14 May, 2009
The popular or maybe not so popular Zune may now have a phone.
Where did it start? Some blog on microsoft.com. Will it ever be? I hope so. But let’s first compare its competition. The iPhone, the most popular phone, is on AT&T, the best choice for a phone to be. With its minimal design and easy usability, many applications, it's a mighty fine phone. Next we have the G1, Google's phone. They made the most stupid decision of all and went with T-Mobile. Why in the world did Google choose T-mobile for the G1? Nevertheless it comes with a touch screen and something the iPhone didn't have. A full physical QWERTY keyboard.
I'm hoping if Microsoft ever does make a Zune phone, they go with Verizon, (because AT&T is already taken.) However I'm sure there’s a doubt to whether or not a phone like this could even survive, what with all the competition. The Zune itself stood no chance against the iPod, or even those crappy Scandisk MP3 players. So what would make a Zune phone work? If could somehow sync up with X-Box Live in some way, shape, or form.
Now with the "AddThis" button, so you can share me with your friends and random people!
10 May, 2009
A week ago, the 50-1 longshot racehorse Mine That Bird won the Kentucky Derby, which, it seems, has caused the entire nation to be crazy about horses. These delightfully strange extension horse-legs are a major sign of this.
When I first saw this picture of Seattle Artist Kim Graham's Digilegs, I assumed that they would be something to enhance your running or walking ability, maybe using springs to speed it up. I was wrong, however: she says that these legs are meant mainly for people like actors and the like to use them for...
Well, I don't know what they'll use them for. The satyr market is not the widest in the world, and I'm sure the cost of CGI is much less expensive than the pricey $1000 price tag on these custom fitted steel, cable, foam, and rigid plastic monstrosities.
However, walking with these legs (shown below) looks fairly graceful, and maybe they can find a niche in the Silicon-Valley Seguey-toting geek demographic.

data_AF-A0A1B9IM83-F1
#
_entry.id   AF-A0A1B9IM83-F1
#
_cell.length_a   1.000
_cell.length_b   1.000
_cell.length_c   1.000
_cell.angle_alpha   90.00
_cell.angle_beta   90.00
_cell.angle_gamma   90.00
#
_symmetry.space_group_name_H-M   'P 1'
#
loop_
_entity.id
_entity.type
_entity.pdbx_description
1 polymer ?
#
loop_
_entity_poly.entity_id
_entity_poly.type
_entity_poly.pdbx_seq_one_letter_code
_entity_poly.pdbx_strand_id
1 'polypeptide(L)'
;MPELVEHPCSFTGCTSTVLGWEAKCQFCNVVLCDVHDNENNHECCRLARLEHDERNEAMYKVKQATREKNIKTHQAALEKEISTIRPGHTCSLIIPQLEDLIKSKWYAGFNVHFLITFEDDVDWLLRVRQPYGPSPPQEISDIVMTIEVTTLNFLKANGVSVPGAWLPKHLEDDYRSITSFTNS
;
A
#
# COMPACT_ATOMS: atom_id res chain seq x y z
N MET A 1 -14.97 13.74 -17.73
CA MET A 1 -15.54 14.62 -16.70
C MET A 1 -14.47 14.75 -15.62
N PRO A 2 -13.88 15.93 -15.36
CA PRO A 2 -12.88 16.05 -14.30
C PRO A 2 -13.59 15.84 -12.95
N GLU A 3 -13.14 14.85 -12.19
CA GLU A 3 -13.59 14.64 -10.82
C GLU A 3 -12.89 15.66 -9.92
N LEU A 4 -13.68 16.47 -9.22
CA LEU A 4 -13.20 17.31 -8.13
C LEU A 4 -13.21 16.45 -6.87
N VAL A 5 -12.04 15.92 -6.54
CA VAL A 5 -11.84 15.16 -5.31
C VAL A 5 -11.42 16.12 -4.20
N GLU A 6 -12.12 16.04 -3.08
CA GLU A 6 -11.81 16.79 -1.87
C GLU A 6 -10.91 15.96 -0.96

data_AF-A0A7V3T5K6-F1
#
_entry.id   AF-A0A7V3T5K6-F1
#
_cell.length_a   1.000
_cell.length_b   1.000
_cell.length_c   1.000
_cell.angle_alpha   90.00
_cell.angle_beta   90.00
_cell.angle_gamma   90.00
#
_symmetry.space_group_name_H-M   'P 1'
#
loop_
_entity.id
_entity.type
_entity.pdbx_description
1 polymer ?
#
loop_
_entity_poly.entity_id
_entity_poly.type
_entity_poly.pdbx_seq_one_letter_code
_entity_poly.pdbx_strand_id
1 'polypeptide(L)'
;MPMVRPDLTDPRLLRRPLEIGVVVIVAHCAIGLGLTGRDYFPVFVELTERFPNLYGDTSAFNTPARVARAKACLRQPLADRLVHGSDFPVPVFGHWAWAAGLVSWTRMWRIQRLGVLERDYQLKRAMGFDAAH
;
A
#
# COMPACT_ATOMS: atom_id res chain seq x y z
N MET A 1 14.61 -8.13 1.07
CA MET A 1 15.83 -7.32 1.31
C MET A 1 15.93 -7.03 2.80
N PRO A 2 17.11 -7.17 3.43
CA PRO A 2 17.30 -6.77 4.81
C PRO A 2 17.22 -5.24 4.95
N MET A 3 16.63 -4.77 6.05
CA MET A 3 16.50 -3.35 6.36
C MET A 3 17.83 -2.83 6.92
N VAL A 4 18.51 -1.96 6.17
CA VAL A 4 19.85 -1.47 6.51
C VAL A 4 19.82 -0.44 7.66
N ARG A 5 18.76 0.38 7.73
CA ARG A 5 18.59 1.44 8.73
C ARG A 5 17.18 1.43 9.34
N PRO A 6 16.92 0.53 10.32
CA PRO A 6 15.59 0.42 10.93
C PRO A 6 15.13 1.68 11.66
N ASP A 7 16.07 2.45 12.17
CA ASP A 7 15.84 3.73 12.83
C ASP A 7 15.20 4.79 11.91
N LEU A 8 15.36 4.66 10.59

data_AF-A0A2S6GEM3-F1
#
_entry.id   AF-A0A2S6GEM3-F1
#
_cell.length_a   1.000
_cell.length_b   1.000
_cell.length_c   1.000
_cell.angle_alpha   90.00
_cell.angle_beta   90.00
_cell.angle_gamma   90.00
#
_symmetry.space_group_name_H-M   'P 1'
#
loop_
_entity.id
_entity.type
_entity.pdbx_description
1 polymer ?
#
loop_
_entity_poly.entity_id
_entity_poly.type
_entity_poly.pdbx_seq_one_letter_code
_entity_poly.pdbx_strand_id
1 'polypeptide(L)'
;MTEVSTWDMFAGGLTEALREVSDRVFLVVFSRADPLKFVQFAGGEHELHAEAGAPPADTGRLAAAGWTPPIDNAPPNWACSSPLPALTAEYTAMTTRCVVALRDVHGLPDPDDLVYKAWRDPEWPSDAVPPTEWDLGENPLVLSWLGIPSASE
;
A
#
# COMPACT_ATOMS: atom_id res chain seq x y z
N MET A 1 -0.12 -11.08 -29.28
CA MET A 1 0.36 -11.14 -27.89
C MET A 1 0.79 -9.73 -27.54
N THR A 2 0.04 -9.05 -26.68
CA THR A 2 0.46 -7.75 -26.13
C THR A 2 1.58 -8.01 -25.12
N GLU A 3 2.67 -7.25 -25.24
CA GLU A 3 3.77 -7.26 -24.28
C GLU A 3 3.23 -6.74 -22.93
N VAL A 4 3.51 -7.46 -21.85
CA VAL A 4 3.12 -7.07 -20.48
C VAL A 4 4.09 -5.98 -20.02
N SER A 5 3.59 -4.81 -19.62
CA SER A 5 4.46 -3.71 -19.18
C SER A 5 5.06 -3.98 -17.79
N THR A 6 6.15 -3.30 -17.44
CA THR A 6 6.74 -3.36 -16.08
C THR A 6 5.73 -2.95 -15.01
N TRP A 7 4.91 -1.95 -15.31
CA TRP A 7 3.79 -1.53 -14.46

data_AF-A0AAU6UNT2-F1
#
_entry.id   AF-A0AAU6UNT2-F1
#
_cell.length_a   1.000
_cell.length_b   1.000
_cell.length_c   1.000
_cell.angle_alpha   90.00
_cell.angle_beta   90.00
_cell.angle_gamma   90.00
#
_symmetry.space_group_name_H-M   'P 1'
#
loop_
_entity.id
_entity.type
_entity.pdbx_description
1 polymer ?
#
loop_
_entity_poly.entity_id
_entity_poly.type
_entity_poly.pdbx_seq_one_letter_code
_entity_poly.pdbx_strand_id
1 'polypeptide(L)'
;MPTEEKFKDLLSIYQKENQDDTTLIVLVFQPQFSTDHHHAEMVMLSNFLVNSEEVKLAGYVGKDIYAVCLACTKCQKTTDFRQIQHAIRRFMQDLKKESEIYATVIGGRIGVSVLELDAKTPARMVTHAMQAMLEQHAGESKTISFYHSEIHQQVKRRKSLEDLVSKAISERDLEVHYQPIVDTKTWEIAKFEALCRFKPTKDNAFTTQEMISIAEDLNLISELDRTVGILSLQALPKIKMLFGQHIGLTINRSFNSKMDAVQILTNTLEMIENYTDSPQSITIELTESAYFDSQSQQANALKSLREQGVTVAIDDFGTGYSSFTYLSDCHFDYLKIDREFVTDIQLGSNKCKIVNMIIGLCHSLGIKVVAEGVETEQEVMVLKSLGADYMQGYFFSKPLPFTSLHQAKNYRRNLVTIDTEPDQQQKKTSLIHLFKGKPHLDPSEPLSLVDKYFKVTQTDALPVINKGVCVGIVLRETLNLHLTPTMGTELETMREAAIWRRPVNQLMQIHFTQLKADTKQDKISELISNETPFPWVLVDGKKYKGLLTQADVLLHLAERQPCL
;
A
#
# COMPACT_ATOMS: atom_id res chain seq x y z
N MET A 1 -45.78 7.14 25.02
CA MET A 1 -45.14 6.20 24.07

Demo from YouTube:
On their site they say:
Ever wonder what the path of a Roomba looks like as it cleans your house? It's an amazing combination of randomness and precision, as shown by this long-exposure shot.
The shot was taken by shutting off all the lights in the room for 30 minutes and taking a long exposure of the path the Roomba took while cleaning up. It's beautiful and surprising. I always assumed it worked with using some sort of grid, but that clearly isn't the case at all.
08 May, 2009
Email. Probably the best thing since sliced bread. Being able to send messages to people without having to pay money. But there is a big issue I have with email programs. They give you waaaaaay too much space for storing things. I use Gmail, which as of this writing gives me 7+ gigabytes for storage space. Now I ask; do I really need all that? Seven thousand megabytes?
Let's say that on average an email message is 100 kilobytes. 1 gigabyte = 1000 megabytes, a megabyte = 1000 kilobytes. With each email using 100kb, it would take 10 emails for just 1 MB, 10,000 emails for 1 GB, so 70,000 emails would be needed to fill an inbox. In my case I have about 250 emails in my inbox, using 90 MB of my allowed space. With that it would take ~21,076 emails to fill my inbox. So do we really need all that space? I'm thinking no. Maybe 1 or 2 gigs of space would be enough. So what to do with all the extra space? Put it to use in an FTP program.
I am a web developer and a movie maker, so transferring files is something I often have to do. What I would love to see is some sort of Google FTP. It could be powered by the extra space in Gmail. I mean, why not? Sure it could use a lot of bandwidth, but it’s Google! And I think even bandwidth wouldn’t be an issue for Google; it would be more of an issue for the people using it. Some internet service providers are putting on bandwidth limits these days.